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The Open Window

Photo by Mike Fenton
THEY QUICKLY PASSED THEIR BULKY parcels through the wide-open windows, and spoke loudly, in bursts, to be heard over the noise steadily rising from the crowded platform. It was June 1991, and we were in Canton, sitting in a hard-class sleeper amid the rush before the train's 10:30 a.m. departure for Shanghai.

All the windows of our car yawned open throughout the journey, and we savored the merest breeze as the summer sun crashed down on the train's steel hull and the hot, humid air rested heavily upon us. Through those open windows, too, my husband and I witnessed the extraordinary rural landscape far beyond the outer reaches of Canton. Dark, brooding mountains like sleeping giants surrounded vast valleys carpeted with wedding-cake terraces of lush green rice paddies. Dirt footpaths threaded between the emerald fields, the rich earth itself a deep, meaty, almost fluorescent shade of red. Outcroppings of rugged rock stood tall and immutable in the soft terrain, with the weathered roots of pine trees holding fast to their ridges. As cool dusk descended, mist crept around the mountains and hills, rose from rivers snaking over the valley floor, and hung in ragged tufts in the foreground of the classic brush painting that stretched out around us.

The sleeper car was partitioned into several open compartments of six bunks each, three on each side. One's bunk was furnished with a straw mat, a pillow, a large bath-sheet-type blanket and a small towel. A tiny, temperamental oscillating fan graced the top of each compartment; it whirred on and off following its own fickle, internal dictates.

Our compartment was at the end of the car, near the toilet and three metal cold-water-only sinks. We were also hard up against an industrial-strength loudspeaker that emitted Chinese ballads, comedy routines and official announcements at top volume from 6:30 a.m. to 10 p.m., with the onboard disc jockey­cum­train car attendant taking occasional breaks. One song on the playlist received a fair amount of rotation both on and off the train, it seemed, for the passengers in the other bunks knew all of its lyrics. They wistfully sang along with the haunting melody, their mood momentarily matching the bittersweet sadness in the balladeer's voice.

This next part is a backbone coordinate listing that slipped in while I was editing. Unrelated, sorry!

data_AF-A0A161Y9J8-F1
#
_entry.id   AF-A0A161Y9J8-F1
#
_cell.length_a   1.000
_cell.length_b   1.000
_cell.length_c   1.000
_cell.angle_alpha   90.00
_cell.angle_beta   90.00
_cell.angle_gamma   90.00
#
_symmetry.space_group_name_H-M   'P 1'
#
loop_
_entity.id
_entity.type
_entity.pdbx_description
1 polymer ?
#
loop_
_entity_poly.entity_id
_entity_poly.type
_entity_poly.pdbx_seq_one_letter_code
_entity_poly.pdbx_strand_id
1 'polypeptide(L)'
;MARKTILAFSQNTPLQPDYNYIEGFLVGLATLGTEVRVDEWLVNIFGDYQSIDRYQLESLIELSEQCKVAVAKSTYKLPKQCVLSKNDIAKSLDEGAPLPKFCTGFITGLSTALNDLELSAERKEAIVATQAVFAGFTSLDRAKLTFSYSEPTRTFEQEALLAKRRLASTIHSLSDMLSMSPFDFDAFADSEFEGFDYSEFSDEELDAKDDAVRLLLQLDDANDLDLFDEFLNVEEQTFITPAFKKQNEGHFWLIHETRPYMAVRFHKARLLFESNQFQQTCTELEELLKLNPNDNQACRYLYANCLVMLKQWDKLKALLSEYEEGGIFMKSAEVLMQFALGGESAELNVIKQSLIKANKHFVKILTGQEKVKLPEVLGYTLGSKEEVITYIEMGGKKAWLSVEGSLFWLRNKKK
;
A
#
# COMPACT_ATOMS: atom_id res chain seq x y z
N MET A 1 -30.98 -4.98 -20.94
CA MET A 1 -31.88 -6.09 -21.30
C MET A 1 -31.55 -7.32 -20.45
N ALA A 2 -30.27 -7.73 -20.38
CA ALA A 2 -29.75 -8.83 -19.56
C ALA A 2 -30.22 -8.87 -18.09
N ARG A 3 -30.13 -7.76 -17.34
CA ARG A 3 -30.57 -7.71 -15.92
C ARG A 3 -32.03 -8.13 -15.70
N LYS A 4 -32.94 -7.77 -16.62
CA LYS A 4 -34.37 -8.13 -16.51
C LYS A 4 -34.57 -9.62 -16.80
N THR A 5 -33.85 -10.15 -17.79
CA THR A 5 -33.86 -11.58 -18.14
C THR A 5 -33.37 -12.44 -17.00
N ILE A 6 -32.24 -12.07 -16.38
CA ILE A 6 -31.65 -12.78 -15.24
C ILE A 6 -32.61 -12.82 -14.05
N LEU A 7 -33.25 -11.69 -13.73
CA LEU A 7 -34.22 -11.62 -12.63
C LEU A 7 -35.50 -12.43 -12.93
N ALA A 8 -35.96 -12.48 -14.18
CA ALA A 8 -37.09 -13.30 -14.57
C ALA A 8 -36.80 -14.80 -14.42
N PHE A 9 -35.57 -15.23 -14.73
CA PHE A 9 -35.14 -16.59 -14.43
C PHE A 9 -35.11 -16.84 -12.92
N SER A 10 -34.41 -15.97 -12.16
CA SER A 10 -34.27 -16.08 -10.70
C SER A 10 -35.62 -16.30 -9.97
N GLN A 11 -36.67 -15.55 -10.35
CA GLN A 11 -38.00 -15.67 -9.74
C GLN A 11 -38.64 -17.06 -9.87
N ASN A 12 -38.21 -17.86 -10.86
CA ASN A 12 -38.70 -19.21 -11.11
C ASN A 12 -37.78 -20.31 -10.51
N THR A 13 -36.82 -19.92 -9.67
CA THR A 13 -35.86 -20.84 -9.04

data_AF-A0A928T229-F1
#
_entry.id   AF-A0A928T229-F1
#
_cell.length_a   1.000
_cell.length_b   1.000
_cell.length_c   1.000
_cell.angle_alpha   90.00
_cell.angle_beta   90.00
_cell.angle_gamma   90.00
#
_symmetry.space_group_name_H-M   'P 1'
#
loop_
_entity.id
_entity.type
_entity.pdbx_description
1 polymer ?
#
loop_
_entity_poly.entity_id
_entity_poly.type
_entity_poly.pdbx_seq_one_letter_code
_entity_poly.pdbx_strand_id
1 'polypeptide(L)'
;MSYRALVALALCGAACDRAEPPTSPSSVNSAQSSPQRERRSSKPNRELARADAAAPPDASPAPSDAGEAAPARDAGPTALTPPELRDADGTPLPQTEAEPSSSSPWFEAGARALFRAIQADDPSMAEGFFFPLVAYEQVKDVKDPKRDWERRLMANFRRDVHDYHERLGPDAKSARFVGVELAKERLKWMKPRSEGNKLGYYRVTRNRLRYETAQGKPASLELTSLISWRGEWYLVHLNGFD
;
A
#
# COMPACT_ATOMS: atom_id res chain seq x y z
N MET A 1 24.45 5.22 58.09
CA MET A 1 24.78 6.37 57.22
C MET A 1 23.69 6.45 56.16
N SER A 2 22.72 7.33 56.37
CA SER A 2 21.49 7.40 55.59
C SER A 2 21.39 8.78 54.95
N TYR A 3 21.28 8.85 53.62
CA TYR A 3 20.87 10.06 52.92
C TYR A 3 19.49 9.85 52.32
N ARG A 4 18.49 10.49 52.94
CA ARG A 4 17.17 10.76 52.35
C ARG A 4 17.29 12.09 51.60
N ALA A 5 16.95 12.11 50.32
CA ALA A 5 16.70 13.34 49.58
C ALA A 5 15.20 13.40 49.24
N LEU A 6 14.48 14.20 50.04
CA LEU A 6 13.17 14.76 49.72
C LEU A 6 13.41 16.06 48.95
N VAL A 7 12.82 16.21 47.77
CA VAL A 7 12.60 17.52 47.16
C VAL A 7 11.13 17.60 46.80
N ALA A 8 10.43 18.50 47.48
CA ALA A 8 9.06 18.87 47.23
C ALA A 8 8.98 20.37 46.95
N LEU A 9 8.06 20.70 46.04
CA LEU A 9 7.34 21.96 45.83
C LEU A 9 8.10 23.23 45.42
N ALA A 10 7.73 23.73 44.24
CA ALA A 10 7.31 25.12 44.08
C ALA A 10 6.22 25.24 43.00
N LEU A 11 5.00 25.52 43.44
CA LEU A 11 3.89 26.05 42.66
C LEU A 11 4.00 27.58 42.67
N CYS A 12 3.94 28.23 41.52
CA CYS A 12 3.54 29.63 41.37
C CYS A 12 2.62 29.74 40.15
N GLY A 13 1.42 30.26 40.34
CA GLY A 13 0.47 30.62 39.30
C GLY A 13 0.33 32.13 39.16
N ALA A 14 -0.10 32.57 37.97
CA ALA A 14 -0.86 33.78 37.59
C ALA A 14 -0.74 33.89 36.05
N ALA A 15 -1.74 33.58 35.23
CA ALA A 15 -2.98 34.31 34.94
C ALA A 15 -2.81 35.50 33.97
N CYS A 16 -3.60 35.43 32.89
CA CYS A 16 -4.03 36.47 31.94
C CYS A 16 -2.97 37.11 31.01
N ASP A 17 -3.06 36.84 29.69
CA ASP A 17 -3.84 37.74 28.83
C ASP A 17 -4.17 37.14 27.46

To cool off in the pressing heat, everyone frequently wiped the sweat and dust from their faces with hand towels wrung out under the cold-water tap and hung up neatly on rods above the windows, just below the luggage racks. With scalding water from a cafeteria-model samovar at the other end of the car, they made noodles or loose-leaf tea in wide-mouthed glass jars with screw-on lids. And they snacked on hard-boiled eggs, peanuts and oranges, dropping the shells and peels onto the bare linoleum floor, refuse that was swept up (along with cigarette butts and gum wrappers) by an attendant each afternoon.

What wasn't tossed to the floor was chucked out the window. Food carts careered down the train corridors sporadically throughout the day, and not long after one had made its rounds the vigorous display of garbage disposal would commence. During a stop at one station outpost, moments after my husband and I stepped onto the platform to walk about a bit, a lone watermelon rind spun sharply out of a window and skidded to a halt several yards ahead of us. A Styrofoam container soon sailed out of another window and cracked open with a thud to spill its ricey innards onto the concrete. Then dozens of other violently discharged projectiles issued from up and down the train, all of which would eventually join the moraine that spilled down the short slope at the end of the platform.

We had taken long-distance train trips before, and have since, but this particular journey maintains its magical hold on me, for every moment was rich and strange. On our return to Canton later that month we would travel soft-class, in an air-conditioned, upholstered sleeper where trash disappeared discreetly without a trace and tea was served to us in tall celadon-green cups with lids as we admired the familiar landscape. We slept very well. But we could no longer smell the wet earth or the dry fields, reach out to feel the large drops falling from clouds that suddenly obliterated the sun, or hear children and adults alike scampering under the stopped train to get to the other side of the tracks -- for the windows were double-paned, and sealed shut.

The train moved on, and another day drew to a close. Farmers clad in varying hues of indigo withdrew from their fields. A hollow-sounding food cart clattered down the corridor. And as our train lumbered through the night toward the distant lights of Shanghai on the horizon, 36 hours after pulling out of a railway station in Canton, we had absolutely no idea what awaited us up ahead in the darkness.


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